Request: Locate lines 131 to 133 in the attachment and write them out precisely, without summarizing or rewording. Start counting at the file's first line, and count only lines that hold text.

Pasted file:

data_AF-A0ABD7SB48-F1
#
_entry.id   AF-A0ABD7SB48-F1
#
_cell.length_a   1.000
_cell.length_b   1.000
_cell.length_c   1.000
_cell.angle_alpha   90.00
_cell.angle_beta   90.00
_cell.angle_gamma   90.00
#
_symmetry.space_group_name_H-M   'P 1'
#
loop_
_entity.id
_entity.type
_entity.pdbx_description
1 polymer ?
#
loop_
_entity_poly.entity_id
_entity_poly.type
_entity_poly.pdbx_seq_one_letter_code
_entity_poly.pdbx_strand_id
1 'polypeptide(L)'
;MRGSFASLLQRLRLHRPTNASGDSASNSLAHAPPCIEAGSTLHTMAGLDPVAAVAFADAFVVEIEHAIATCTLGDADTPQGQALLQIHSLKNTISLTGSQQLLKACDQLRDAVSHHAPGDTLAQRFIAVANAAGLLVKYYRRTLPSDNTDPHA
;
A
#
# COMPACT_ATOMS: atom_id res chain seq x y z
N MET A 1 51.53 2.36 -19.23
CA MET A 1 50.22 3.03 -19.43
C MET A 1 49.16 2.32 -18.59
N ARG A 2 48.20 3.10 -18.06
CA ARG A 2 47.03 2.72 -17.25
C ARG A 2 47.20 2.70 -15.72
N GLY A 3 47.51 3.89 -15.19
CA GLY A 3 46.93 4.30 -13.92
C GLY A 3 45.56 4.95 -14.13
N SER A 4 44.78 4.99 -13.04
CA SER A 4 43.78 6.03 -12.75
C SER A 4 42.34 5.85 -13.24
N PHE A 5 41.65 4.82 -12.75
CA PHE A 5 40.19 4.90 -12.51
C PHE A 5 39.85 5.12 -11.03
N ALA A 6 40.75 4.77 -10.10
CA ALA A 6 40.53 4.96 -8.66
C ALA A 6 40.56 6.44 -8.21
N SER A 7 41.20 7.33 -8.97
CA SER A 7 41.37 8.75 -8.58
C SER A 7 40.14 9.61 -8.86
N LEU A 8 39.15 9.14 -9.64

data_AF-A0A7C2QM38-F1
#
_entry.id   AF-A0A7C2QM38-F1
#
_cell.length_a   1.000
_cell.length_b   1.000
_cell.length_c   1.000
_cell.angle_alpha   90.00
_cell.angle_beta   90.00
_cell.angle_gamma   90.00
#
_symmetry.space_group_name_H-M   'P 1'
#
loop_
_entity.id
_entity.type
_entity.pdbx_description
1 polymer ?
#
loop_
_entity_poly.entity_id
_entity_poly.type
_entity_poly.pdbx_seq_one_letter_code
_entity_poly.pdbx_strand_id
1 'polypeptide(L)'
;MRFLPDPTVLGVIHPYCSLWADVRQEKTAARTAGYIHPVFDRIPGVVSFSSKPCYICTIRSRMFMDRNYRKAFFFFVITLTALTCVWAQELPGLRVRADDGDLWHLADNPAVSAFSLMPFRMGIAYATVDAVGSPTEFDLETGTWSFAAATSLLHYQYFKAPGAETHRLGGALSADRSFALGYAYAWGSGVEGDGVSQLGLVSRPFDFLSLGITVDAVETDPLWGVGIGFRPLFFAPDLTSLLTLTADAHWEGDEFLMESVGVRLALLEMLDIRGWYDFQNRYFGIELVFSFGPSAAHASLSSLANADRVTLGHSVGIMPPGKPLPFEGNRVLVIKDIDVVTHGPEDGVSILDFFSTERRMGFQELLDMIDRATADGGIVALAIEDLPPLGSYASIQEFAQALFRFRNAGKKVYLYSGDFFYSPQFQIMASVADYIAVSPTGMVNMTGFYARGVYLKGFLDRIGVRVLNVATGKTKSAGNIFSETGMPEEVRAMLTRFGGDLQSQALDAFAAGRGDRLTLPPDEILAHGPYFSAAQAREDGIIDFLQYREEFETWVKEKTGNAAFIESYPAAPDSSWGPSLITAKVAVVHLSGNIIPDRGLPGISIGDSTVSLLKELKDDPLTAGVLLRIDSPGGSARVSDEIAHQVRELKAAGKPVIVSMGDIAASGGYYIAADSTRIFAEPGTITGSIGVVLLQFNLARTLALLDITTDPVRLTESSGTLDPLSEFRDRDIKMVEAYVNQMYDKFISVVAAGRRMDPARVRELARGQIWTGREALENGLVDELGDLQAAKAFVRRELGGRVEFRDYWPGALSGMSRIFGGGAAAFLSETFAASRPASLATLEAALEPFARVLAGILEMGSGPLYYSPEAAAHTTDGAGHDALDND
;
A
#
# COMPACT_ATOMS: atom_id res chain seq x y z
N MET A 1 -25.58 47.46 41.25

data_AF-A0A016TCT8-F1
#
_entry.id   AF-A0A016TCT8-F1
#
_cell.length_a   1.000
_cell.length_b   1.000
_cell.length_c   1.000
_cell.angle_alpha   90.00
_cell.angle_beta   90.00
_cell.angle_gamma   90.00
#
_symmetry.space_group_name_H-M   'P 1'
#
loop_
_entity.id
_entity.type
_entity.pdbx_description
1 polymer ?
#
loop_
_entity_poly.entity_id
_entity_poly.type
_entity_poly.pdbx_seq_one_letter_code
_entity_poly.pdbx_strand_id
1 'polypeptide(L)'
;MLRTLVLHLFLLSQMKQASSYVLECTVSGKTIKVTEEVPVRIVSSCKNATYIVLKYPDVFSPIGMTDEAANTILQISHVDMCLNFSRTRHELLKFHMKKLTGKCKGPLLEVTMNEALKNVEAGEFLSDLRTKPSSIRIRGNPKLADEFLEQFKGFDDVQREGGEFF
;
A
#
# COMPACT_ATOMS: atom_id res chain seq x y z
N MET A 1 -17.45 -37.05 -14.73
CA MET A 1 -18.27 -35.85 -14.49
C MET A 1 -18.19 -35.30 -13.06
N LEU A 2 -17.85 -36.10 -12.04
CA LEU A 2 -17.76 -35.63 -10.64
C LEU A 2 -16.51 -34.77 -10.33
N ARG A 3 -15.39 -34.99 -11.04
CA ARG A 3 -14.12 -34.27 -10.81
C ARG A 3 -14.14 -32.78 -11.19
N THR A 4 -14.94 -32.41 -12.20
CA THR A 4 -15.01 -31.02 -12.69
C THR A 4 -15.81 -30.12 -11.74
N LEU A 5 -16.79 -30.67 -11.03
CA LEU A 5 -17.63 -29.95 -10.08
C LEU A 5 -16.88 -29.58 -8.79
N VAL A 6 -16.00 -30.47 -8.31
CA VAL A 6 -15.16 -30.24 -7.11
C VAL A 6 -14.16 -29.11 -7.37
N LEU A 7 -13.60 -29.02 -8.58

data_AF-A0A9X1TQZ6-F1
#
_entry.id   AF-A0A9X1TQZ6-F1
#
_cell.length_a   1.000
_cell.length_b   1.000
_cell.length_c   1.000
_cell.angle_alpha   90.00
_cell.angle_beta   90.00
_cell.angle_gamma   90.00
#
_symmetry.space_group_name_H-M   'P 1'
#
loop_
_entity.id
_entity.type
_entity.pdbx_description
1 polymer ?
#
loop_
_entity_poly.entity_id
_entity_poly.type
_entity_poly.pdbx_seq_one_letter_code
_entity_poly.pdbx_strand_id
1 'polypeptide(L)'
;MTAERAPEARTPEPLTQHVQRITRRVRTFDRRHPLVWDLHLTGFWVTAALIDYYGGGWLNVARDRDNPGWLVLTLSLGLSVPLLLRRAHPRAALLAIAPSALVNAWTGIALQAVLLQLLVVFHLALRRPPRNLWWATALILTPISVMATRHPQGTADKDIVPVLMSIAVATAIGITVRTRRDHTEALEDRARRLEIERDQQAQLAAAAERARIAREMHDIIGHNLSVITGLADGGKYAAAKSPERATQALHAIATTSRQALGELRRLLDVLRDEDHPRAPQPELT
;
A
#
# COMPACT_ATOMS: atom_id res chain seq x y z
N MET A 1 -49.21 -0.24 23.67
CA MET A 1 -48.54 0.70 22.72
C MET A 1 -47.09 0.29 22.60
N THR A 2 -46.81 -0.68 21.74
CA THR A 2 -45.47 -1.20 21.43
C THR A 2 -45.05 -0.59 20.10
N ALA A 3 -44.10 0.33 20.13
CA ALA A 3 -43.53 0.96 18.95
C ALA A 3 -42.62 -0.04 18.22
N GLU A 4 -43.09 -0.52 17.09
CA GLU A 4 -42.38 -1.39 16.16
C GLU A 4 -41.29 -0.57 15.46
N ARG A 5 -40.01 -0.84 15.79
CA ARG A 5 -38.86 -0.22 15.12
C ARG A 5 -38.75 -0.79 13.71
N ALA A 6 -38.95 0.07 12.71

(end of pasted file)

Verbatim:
C VAL A 6 -14.16 -29.11 -7.37
N LEU A 7 -13.60 -29.02 -8.58

data_AF-A0A9X1TQZ6-F1